CORD would like to welcome aboard and say: "CONGRATULATIONS" to a new CG blog: Carroll Gardens History! http://www.carrollgardenshistory.blogspot.com/
In a disturbing visual presentation made in the Monday, March 24, 2008, post, it is clear that one-third of Carroll Gardens' Subway Plaza will be lost to development if the developer, Mr. Stein, does not significantly alter his plans to build 49 condos at Oliver House (a.k.a. 360 Smith Street). This is, of course, in addition to the enormous height and mass the building will impose onto the narrow Second Place and Smith Street blocks. Not to mention the lack of meaningful dialogue the community has been able to have with the MTA, and the DOB regarding safety and infrastructure concerns. CORD
Here is the post in full:
"The residents of Carroll Gardens will lose one-third (22-feet) of the Second Place Subway Plaza (in red in the above picture) , and an important neighborhood tradition, when developer William Stern’s controversial out-of-context condominium complex is built over the subway plaza.
The 70-foot high condo project will be a massive intrusion at the corner of Smith and Second Place, which is an important gateway to the historic Carroll Gardens neighborhood. Envision a 7-story Hannah Senesh building, perhaps the most out-of-context building in Carroll Gardens, topped off with a hat.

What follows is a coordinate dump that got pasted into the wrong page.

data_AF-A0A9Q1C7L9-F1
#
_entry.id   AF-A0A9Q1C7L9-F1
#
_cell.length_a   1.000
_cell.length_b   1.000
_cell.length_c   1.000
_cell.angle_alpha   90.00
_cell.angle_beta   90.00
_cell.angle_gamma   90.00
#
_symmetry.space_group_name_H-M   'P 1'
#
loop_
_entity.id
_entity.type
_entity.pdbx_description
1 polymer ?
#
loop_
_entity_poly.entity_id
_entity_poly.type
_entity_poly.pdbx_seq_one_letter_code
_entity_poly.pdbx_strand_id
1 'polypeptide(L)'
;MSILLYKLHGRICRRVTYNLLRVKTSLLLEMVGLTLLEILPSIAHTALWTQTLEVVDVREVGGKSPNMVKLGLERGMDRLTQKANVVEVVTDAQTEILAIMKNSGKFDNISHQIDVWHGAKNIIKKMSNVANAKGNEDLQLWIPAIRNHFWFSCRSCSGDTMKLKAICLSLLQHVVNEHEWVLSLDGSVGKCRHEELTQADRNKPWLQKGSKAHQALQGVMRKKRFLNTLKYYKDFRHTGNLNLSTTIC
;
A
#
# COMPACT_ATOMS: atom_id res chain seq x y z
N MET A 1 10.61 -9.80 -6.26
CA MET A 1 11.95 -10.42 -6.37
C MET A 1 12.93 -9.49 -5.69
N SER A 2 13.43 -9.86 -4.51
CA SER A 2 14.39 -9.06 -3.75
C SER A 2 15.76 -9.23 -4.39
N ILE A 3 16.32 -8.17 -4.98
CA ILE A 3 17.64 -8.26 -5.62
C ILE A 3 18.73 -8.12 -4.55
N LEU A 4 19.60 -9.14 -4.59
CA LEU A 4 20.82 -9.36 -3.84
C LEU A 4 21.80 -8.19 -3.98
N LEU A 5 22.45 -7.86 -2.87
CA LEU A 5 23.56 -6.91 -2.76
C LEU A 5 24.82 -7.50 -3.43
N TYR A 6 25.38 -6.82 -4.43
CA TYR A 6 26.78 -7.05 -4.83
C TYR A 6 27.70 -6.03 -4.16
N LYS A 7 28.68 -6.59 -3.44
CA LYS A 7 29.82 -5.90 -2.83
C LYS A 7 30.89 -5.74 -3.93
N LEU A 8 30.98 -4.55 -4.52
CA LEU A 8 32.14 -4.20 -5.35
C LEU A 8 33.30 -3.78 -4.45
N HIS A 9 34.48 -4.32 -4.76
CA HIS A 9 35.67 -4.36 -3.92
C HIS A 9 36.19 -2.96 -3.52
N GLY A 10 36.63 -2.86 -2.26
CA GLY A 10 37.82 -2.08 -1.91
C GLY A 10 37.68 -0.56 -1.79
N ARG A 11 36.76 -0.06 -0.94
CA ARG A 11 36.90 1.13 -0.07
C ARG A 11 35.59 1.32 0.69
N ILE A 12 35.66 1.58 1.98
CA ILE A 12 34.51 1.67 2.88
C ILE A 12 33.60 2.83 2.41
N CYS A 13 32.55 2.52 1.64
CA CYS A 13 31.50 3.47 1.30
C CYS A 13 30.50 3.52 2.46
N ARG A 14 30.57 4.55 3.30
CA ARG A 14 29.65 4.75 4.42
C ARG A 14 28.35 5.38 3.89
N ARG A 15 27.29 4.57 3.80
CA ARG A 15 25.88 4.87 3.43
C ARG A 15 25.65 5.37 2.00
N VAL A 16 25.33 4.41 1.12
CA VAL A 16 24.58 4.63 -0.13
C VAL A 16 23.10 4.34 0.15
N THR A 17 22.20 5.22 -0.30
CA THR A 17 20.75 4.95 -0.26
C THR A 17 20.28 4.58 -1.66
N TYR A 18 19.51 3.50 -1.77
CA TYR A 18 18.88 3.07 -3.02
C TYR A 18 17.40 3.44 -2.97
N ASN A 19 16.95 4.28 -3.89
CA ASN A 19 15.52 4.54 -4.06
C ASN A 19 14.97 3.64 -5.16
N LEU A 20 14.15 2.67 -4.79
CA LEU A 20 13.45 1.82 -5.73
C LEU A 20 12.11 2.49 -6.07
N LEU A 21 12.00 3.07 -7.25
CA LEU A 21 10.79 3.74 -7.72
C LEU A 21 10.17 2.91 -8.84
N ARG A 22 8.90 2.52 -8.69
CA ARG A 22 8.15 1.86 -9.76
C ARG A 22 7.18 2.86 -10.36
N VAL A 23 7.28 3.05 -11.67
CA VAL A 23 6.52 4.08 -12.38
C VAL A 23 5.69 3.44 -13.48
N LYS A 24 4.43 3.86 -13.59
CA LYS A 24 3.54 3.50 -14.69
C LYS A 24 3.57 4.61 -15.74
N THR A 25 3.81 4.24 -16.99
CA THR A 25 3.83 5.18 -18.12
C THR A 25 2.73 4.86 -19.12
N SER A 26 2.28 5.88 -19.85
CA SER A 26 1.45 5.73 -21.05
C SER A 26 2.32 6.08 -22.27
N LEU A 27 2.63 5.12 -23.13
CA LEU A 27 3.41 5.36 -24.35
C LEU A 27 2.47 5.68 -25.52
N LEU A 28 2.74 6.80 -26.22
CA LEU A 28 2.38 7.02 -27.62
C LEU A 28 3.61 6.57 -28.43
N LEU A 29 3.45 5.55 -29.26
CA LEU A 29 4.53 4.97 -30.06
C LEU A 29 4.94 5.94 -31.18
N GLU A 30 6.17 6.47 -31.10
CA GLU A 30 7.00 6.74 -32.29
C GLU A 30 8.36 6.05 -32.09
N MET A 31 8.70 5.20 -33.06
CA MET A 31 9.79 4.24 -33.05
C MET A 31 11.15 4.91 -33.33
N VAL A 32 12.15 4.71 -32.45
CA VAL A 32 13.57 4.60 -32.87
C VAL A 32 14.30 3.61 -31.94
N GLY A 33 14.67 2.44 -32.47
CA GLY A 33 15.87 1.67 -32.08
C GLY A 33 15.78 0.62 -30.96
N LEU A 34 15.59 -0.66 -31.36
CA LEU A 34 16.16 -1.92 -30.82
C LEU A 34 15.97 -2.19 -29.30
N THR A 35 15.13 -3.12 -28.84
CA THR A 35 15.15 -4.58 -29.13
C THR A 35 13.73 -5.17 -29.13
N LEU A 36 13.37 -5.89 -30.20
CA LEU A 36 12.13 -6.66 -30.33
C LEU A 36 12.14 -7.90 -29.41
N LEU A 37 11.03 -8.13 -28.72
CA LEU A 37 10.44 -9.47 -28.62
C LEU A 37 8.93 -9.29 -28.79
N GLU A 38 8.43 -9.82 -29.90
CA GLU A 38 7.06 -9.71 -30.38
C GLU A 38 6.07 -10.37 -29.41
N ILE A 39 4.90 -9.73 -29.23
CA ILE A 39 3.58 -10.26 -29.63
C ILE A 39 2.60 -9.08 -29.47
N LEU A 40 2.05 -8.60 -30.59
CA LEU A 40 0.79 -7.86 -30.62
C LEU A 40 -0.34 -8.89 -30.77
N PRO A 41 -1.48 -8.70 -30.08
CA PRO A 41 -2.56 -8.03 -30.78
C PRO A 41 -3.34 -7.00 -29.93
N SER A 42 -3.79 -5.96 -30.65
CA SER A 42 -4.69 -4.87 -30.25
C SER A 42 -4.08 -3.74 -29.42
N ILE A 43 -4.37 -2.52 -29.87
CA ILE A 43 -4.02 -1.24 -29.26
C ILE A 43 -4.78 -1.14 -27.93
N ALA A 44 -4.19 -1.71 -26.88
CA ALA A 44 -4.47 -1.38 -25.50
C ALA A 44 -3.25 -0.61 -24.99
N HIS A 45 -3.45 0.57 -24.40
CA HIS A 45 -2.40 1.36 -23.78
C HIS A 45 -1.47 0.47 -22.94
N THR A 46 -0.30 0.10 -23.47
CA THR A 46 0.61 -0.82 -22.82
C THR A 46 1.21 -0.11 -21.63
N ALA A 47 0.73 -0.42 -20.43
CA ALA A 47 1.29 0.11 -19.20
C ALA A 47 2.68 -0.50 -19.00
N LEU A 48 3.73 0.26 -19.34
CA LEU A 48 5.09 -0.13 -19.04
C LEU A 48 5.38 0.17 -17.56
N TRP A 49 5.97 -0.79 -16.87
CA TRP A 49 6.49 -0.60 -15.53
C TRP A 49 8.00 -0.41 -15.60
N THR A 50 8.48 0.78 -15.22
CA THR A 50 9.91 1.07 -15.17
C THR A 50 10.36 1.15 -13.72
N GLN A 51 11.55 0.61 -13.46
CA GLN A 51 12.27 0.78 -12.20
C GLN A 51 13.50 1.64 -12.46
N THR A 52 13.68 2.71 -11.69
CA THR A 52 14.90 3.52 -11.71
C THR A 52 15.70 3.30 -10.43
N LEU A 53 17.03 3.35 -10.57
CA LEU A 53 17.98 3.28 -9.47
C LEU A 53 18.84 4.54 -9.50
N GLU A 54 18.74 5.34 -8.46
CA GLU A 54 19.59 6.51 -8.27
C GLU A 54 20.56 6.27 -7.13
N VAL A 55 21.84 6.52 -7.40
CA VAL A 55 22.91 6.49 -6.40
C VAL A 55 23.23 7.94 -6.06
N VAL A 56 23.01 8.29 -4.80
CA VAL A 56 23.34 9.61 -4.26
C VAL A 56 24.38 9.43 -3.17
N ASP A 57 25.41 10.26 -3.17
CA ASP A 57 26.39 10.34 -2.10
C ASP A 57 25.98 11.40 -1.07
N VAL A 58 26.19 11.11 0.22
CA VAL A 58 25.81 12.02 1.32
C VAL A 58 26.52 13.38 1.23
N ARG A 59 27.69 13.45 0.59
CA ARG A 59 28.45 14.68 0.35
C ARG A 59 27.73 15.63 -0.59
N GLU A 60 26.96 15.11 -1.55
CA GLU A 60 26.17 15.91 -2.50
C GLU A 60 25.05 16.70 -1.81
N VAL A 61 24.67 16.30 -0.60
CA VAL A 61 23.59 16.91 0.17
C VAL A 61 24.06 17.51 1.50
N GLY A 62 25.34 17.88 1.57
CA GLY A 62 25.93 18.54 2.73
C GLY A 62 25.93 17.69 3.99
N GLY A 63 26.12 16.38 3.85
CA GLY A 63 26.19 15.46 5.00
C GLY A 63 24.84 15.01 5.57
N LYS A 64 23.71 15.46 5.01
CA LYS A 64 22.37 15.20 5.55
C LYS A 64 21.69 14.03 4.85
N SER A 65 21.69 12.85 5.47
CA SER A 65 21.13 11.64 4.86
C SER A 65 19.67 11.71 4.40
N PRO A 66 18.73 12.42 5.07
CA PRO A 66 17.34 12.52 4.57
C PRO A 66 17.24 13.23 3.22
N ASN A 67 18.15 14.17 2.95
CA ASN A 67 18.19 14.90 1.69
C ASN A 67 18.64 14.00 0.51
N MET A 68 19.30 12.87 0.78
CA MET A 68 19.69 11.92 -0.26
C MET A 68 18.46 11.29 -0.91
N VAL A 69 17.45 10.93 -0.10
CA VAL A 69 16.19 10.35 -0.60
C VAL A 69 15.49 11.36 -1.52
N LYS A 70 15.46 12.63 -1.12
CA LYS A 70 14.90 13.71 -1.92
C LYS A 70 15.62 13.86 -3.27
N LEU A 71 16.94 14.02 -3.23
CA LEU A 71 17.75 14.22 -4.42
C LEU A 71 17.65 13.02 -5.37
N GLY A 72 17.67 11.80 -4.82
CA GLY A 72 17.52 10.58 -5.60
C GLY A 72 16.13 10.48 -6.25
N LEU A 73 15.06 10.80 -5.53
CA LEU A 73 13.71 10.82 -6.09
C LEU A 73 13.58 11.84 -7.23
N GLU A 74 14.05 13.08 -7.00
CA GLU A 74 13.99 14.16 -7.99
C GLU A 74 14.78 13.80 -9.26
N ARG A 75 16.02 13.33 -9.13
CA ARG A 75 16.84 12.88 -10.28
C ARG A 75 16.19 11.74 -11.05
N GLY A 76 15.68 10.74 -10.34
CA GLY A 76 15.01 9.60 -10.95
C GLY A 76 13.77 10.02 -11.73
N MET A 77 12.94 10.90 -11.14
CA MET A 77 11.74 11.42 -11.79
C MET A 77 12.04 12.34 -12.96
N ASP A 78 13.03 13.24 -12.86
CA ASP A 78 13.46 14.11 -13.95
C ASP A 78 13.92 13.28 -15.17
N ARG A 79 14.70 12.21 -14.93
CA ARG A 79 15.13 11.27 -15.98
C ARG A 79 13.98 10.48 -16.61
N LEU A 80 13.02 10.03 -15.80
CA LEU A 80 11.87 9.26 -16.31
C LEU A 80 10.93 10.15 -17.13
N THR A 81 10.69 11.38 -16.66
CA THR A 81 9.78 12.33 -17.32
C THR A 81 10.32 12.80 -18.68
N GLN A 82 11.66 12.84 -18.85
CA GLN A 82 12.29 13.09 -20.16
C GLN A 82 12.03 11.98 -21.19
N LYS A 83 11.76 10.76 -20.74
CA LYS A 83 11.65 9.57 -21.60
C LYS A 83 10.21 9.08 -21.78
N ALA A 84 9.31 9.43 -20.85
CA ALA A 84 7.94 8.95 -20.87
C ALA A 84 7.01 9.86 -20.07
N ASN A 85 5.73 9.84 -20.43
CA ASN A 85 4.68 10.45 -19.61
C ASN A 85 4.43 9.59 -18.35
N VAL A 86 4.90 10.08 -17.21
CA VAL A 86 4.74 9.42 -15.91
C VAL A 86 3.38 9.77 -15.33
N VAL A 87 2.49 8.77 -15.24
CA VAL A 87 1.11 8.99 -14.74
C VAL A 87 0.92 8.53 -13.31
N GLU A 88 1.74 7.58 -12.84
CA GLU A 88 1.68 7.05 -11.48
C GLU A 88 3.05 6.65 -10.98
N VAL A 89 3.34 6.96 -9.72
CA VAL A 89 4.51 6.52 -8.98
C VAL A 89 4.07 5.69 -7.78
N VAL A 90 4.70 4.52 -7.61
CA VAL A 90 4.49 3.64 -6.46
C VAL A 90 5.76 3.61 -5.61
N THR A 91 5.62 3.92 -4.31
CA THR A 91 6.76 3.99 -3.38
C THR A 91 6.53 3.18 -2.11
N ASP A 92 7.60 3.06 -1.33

The loss of a third of the plaza will also affect an important neighborhood tradition, that of reading a paper, talking to friends, or making those last puffs on a cigarette, while waiting until the F or G train appear on the Culver Viaduct, the 91-foot-tall subway bridge that spans the Gowanus Canal, as it makes its way to the below ground Carroll Street Station. When the train appears, everyone rushes down the steps to the subway to catch the Manhattan-bound train.
The Plaza has been open to the public in its current configuration since the subway was built in the 30s. The plaza consists of both public and privately owned sections. The publicly owned area consists of the 13-foot sidewalk and the 33’-5’25” courtyard. The courtyard is measured from the edge of the sidewalk (the house-side edge, not curb-side).
To visually understand where the courtyard ends and Stern’s property begins, look for the “S” in “Smith Street” in the mural on the freedom wall (see photo on the sidebar). From the “S”, it is 22-feet to the stairway to the subway. The property line then runs on a diagonal to a few feet north (towards the newsstand) of the MTA manhole. Stern claims that the Condo Association will maintain the 22- foot corridor that commuters will have to walk through to get to the subway stairway, as well as the 33’-5’25” courtyard."